Malala Yousafzai suspects arrested, Pakistan army says

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Media caption,

Malala was shot in the head by Taliban gunmen in October 2012

Militants suspected of shooting activist Malala Yousafzai have been arrested, Pakistan's army says.

The teenager was shot in the head by Taliban gunmen in October 2012 because of her campaign for girls' education.

They boarded her school bus in Pakistan's north-western Swat valley and opened fire, in an assault that also wounded two of her school friends.

She has since recovered from the attack, which shocked the world and catapulted her to international fame.

She was named one of Time magazine's most influential people in 2013, was nominated for the Nobel Peace Prize and has just released an autobiography.

Hit list found

"The group involved in the attack on Malala Yousafzai has been arrested," army spokesman Gen Asim Bajwa told a news conference on Friday.

He said 10 members of a faction called "Shura", which the army says is part of the Pakistani Taliban (Tehreek-e-Taliban Pakistan or TTP), had been arrested in a joint operation with Pakistan's army, police and intelligence services.

The men are being interrogated and will face an anti-terrorism court soon, he said.

The BBC's M Ilyas Khan in Islamabad notes that the army statement made no mention of Ataullah Khan, a 23-year-old militant who had previously been accused of shooting Malala.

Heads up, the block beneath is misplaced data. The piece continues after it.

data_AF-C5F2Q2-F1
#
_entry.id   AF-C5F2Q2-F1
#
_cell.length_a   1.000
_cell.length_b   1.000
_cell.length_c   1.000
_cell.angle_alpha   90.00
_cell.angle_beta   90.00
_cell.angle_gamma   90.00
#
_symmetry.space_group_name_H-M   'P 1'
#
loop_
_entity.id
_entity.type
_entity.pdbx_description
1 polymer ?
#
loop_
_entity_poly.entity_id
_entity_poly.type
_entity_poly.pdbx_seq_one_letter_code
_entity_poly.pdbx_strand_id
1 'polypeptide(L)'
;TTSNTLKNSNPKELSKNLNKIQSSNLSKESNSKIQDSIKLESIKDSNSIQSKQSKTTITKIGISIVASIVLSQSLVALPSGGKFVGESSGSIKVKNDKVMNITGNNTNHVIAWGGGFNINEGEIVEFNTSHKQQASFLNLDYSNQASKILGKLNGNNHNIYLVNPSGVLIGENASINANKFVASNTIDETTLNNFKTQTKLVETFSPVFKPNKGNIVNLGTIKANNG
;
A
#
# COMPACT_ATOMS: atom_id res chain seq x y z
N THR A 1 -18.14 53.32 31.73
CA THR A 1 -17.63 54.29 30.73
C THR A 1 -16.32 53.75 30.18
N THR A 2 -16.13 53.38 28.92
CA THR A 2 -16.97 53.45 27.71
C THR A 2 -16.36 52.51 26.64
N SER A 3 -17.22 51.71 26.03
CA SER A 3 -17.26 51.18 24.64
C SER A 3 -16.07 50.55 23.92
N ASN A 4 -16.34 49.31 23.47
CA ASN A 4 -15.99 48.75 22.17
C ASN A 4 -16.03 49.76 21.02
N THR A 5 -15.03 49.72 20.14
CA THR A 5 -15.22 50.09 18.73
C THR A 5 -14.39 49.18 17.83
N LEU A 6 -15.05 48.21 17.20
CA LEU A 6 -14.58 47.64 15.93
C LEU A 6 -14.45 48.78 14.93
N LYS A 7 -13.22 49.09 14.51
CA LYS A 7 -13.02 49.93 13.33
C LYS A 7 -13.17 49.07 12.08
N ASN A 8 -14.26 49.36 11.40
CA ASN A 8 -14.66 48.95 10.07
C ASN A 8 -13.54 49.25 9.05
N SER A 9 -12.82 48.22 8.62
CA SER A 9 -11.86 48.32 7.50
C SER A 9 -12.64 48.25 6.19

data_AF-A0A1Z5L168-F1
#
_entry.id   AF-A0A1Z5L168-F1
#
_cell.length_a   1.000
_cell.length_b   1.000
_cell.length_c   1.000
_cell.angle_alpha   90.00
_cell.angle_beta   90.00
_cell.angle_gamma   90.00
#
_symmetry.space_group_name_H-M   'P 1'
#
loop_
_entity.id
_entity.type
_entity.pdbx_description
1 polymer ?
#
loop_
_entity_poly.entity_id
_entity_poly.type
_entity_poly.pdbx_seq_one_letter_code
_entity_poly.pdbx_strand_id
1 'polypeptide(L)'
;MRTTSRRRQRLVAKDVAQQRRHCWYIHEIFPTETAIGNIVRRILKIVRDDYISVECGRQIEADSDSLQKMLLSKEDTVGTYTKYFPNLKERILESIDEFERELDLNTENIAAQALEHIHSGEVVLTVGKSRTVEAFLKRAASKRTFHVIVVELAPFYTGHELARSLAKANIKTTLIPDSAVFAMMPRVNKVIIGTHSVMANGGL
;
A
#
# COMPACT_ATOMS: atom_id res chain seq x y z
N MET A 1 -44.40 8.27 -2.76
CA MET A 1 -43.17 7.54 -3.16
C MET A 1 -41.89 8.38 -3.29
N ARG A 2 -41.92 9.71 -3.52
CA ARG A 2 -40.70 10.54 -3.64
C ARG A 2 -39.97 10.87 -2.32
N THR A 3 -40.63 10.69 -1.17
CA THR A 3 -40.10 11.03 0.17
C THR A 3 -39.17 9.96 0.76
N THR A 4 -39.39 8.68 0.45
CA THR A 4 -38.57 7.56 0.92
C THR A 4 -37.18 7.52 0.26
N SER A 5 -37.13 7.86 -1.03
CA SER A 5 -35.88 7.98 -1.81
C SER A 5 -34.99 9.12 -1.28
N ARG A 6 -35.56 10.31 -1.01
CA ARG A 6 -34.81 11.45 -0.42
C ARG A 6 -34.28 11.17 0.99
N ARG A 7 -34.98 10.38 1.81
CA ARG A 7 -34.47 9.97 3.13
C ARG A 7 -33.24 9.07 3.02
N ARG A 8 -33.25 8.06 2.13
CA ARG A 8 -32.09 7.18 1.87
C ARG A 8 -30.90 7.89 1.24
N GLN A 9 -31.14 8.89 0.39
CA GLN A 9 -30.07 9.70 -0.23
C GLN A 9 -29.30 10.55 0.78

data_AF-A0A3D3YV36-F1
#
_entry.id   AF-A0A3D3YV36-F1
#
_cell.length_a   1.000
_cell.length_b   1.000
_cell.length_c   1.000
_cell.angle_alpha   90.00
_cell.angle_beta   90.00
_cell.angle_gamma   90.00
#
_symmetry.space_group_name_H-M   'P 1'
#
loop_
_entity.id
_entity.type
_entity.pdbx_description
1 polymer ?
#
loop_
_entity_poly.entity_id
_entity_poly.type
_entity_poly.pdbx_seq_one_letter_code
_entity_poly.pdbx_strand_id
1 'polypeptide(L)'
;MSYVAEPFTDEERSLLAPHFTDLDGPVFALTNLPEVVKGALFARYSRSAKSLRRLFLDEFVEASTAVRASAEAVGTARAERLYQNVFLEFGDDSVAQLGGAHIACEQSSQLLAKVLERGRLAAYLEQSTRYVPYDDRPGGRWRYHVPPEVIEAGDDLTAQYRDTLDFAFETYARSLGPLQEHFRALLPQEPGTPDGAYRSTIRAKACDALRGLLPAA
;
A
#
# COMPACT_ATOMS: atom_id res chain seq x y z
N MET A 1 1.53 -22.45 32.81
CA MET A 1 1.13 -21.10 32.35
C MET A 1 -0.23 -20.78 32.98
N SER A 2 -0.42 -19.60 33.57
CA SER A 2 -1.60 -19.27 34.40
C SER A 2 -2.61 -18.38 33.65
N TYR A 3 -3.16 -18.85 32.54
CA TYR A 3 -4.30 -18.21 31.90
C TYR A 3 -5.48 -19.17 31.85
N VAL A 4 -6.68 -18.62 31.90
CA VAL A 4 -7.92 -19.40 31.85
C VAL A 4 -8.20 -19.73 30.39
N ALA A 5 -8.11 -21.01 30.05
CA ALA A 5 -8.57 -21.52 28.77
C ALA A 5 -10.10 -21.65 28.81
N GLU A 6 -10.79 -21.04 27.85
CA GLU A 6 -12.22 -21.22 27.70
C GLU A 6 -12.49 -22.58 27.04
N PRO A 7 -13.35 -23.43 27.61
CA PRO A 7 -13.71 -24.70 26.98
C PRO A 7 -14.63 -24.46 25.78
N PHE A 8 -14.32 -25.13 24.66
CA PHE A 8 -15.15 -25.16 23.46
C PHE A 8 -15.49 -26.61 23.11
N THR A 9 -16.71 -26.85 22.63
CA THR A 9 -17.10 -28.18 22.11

Pakistan's interior minister at the time of the attack, Rehman Malik, had identified the militant as a chief suspect, as had a formal report filed by the police in Malala's hometown of Mingora.

Image source, Getty Images
Image caption,
Malala was attacked on her way home from school in her home town of Mingora

Gen Bajwa said the arrested men had been working under the instructions of Mullah Fazlullah, the chief of the Pakistani Taliban.

He said the army had found a list of 22 prominent activists from the Swat area, whom the group was planning to attack after Malala.

Malala Yousafzai, who was 15 when she was shot, had already gained prominence for demanding rights to education for girls in Pakistan.

She came to public attention in 2009 by writing a diary for BBC Urdu about life under Taliban militants who had taken control of the valley.

She was awarded the EU's prestigious Sakharov human rights prize last year.

She is now based in Birmingham in the UK, after she was flown there for treatment in the aftermath of the attack.

She is unable to return to Pakistan because of Taliban death threats against her and her family.